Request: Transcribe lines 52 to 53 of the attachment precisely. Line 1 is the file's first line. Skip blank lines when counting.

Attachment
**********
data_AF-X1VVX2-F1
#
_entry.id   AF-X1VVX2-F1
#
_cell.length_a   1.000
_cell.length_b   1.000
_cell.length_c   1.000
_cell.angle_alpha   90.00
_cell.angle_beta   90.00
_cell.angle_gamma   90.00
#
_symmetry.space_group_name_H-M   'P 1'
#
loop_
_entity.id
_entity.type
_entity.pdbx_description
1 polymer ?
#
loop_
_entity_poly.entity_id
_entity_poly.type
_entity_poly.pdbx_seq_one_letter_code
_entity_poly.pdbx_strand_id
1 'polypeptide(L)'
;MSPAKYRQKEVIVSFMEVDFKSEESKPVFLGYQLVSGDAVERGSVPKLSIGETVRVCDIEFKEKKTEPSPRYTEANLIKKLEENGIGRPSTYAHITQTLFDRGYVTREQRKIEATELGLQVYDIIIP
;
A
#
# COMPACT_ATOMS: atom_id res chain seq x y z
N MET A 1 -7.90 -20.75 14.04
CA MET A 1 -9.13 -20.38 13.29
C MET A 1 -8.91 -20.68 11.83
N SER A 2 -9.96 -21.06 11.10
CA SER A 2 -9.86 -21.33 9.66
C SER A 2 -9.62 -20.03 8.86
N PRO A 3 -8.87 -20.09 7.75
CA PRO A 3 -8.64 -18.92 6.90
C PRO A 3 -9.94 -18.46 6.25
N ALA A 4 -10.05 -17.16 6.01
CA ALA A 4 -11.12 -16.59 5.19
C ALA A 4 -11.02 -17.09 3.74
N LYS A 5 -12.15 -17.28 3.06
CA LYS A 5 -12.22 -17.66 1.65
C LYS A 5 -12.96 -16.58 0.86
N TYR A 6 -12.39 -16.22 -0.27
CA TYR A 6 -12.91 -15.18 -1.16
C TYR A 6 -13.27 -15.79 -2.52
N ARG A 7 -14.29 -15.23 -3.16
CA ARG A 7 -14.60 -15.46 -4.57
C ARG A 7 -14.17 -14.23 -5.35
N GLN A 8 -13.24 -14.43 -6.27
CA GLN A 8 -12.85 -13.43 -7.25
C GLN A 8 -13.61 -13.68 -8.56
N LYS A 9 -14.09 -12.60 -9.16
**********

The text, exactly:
N GLN A 8 -13.24 -14.43 -6.27
CA GLN A 8 -12.85 -13.43 -7.25